The summer vacation is a good time to teach children many things, including money.
“In today’s virtual world of television and mobile entertainment, it is necessary that kids are trained for the real world, which includes handling and knowing about money
management,” says Jignesh Shah, Founder, Capital Advisors.
You do not grow rich overnight
: Accumulating wealth is a long process, and hence, one has to teach children that the empowerment of having money
does not come overnight. You can do it by having a plan to explain this aspect to your child. If your kids, for example, ask to purchase something for them, give them the money and ask them to buy the thing on their own. Also, if they ask for something worth Rs 100, give Rs 10 every day for the next 10 days. Before they use the money, explain how being patient worked in creating the corpus. The technique works in two ways – it will teach the child to be patient and also the value of money.
Money comes at a cost: A child should understand that earning money is essential, but he needs to work for accumulating wealth. “Parents should encourage kids to work for a few hours a day and let them make their own money. Parents can provide guidance,” says Shah. Gradually the child will learn to value money, not because it has the power to buy a few things, but because it takes efforts to earn it.
Difference between ‘needs’ and ‘wants’: Children should be taught to make the right spending decisions. It is crucial to explain the difference between having what they need and just wanting to have something, which might not be required. A way to do this would be to make the child pay for a few things that he or she wants through their piggy bank. The depleting money in their kitty would make them wary of spending on things that they might not need or want to buy out of peer pressure.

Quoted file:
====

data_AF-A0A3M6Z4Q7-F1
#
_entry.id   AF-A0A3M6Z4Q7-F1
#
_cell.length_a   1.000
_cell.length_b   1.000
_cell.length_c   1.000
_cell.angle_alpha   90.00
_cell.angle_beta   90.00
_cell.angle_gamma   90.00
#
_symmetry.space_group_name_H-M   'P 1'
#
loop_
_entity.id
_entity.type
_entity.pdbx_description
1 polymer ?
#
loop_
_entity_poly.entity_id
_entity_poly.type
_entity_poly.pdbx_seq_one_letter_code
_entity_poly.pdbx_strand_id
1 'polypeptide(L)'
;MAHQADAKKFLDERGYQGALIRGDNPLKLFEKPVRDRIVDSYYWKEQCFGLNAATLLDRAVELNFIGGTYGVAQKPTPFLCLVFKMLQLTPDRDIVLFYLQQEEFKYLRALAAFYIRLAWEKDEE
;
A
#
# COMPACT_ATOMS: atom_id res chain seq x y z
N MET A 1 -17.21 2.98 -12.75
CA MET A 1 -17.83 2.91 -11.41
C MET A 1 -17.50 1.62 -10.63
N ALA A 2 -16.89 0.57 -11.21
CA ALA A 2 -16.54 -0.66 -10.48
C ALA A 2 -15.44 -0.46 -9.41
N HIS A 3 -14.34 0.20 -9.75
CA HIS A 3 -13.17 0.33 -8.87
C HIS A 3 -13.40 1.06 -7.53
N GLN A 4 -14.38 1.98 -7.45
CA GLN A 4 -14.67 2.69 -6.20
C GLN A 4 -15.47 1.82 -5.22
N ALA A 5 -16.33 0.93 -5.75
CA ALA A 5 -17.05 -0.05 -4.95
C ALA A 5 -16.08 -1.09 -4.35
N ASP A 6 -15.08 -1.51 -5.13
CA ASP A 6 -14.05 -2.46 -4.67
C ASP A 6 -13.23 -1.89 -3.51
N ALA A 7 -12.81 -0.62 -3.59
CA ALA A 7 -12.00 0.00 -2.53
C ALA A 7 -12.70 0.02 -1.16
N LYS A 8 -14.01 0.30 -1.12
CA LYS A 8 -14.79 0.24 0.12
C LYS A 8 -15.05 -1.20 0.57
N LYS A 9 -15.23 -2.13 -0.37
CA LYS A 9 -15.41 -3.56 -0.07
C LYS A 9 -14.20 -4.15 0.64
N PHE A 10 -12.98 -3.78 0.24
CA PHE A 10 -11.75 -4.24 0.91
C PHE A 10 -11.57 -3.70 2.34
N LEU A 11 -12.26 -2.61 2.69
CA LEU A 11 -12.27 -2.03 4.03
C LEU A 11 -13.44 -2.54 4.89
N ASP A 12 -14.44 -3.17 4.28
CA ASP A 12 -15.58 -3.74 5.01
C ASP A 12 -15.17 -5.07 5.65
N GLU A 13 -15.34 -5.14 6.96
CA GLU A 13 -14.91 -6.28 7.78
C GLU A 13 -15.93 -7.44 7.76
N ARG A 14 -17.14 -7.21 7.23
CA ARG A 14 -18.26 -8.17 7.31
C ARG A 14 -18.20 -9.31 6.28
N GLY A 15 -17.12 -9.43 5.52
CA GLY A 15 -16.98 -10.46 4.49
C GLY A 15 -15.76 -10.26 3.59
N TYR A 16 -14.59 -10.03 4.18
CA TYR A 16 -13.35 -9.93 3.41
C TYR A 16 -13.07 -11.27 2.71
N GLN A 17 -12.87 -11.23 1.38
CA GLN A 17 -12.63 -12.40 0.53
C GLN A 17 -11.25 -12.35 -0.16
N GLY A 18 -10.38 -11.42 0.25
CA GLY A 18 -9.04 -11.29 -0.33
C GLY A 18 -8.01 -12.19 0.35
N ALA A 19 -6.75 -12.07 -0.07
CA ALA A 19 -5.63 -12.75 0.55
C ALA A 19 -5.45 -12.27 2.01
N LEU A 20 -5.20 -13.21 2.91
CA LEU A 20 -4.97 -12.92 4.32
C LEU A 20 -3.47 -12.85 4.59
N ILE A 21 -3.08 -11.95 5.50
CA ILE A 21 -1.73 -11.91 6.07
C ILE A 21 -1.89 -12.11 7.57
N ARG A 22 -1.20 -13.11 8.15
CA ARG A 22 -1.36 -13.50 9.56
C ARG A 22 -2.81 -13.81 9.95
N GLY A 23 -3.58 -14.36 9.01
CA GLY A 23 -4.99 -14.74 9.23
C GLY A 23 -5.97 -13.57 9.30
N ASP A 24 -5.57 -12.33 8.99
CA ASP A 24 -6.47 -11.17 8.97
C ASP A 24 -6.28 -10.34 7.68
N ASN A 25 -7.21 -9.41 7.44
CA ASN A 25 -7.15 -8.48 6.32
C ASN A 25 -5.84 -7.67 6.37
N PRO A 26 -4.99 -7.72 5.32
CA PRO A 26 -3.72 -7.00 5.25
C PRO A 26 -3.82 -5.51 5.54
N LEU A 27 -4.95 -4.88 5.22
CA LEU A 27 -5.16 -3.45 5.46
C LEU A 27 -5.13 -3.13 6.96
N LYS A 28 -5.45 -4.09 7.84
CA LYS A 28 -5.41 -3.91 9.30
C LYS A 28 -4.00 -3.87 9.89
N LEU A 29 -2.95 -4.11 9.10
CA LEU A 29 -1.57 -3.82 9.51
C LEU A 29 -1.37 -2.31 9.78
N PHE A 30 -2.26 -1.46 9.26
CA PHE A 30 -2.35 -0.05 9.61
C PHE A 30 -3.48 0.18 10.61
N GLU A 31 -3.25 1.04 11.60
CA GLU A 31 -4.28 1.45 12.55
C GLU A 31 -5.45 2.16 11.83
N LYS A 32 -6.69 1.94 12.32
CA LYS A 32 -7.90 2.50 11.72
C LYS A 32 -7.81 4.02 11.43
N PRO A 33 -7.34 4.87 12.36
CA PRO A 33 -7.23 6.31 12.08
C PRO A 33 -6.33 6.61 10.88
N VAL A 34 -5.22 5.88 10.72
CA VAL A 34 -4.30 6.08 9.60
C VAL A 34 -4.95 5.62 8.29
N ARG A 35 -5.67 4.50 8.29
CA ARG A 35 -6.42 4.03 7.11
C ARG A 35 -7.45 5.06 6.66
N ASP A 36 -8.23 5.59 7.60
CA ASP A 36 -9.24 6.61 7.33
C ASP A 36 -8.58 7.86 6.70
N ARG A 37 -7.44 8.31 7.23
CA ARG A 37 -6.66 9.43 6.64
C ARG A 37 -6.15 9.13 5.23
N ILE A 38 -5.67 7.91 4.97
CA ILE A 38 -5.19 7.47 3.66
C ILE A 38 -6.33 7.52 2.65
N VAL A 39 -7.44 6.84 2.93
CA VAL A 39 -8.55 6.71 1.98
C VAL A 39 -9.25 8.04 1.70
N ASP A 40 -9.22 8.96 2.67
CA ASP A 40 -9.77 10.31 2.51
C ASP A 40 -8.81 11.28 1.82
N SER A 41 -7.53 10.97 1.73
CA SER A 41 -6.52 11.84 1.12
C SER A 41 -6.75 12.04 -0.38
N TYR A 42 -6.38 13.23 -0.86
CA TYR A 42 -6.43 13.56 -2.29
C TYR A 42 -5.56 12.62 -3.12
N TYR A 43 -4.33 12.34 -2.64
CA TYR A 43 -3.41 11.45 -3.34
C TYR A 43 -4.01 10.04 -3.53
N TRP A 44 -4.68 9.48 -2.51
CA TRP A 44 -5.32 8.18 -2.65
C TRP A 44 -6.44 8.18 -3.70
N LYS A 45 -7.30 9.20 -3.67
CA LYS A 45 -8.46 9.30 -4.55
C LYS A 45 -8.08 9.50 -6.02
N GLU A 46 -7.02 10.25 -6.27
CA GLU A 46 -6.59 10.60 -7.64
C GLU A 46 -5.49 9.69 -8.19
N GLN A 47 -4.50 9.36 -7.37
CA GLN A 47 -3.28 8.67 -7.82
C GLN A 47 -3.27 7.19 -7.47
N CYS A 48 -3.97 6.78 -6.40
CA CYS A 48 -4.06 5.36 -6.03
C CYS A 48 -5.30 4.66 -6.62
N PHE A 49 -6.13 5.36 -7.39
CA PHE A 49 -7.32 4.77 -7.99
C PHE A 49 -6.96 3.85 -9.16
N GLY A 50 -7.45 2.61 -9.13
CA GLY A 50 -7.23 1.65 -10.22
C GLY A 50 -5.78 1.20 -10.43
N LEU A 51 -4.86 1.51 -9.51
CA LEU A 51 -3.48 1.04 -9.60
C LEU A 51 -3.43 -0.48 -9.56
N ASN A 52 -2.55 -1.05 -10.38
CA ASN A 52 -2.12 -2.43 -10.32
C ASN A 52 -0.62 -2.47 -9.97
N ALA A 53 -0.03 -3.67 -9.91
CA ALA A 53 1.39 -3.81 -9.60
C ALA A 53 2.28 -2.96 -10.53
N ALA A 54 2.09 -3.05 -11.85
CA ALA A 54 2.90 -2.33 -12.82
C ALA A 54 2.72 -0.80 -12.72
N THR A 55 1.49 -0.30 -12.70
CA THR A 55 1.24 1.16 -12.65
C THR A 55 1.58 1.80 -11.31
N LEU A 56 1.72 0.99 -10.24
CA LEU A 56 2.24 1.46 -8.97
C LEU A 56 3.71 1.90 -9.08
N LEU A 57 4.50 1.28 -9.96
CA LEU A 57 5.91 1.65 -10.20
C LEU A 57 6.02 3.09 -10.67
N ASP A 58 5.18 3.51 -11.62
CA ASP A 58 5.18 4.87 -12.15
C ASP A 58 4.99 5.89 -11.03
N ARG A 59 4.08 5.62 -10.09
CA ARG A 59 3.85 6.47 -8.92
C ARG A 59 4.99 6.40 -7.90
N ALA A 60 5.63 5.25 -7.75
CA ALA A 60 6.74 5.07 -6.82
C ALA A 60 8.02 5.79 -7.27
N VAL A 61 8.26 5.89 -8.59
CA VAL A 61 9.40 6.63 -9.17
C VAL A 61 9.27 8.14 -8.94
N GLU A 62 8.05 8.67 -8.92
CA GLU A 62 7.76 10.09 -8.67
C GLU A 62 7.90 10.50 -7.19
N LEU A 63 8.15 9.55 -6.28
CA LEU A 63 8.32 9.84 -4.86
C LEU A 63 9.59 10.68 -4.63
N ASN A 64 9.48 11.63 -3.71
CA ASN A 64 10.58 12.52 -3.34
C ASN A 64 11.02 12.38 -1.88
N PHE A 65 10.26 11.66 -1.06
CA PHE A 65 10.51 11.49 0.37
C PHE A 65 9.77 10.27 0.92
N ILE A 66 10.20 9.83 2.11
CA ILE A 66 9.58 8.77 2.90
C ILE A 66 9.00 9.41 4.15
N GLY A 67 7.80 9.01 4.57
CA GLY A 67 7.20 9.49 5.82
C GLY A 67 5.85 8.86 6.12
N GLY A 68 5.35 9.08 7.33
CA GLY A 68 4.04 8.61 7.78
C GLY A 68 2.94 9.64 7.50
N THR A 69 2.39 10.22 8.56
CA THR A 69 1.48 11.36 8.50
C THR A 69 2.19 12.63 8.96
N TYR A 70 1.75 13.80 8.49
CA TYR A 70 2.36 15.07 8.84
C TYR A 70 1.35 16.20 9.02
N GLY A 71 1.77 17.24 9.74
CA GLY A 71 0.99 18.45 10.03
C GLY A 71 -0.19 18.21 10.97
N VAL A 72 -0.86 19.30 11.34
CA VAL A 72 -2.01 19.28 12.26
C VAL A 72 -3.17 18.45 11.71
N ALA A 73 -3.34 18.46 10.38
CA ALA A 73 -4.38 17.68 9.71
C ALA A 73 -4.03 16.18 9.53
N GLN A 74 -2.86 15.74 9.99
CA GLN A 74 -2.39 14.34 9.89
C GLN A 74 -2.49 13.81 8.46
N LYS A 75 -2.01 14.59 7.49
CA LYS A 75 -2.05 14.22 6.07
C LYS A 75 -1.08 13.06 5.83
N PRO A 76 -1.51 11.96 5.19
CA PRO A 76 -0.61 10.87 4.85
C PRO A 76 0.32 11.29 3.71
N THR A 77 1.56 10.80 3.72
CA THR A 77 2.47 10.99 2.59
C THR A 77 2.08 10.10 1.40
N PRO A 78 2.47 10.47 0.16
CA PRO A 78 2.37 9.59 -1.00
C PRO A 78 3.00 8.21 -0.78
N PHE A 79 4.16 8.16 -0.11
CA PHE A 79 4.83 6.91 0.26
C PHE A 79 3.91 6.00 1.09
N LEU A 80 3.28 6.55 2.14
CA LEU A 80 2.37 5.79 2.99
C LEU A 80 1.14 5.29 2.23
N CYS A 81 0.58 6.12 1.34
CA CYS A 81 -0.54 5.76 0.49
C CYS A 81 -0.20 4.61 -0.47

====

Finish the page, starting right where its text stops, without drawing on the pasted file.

Move from piggy bank to real bank: Get your child to move from piggy bank to some real-world money handling with outsiders involved. You may choose to open a bank account in your kid’s name. Take him to the bank branch and make him familiar with how it works. You may make him fill up a deposit slip and deposit some money in the bank. That would bring in the sense of ownership. “Opening a bank account in your child’s name is a good way to educate them on real money matters. They should learn how to deposit money, use a cheque or an ATM card,” says Amar Pandit, Founder of Happyness Factory.
Making your money earn is one of the lasting lessons you can teach your child. Instead of teaching complex investment lessons, you should explain the concept of interest and how it makes money grow. It can be done through fun ways. If he or she does not spend the entire pocket money, for example, you can add a few rupees to the piggy bank. And importantly, explain to the child why you want to give a reward for keeping money in savings and that this is how interest is earned.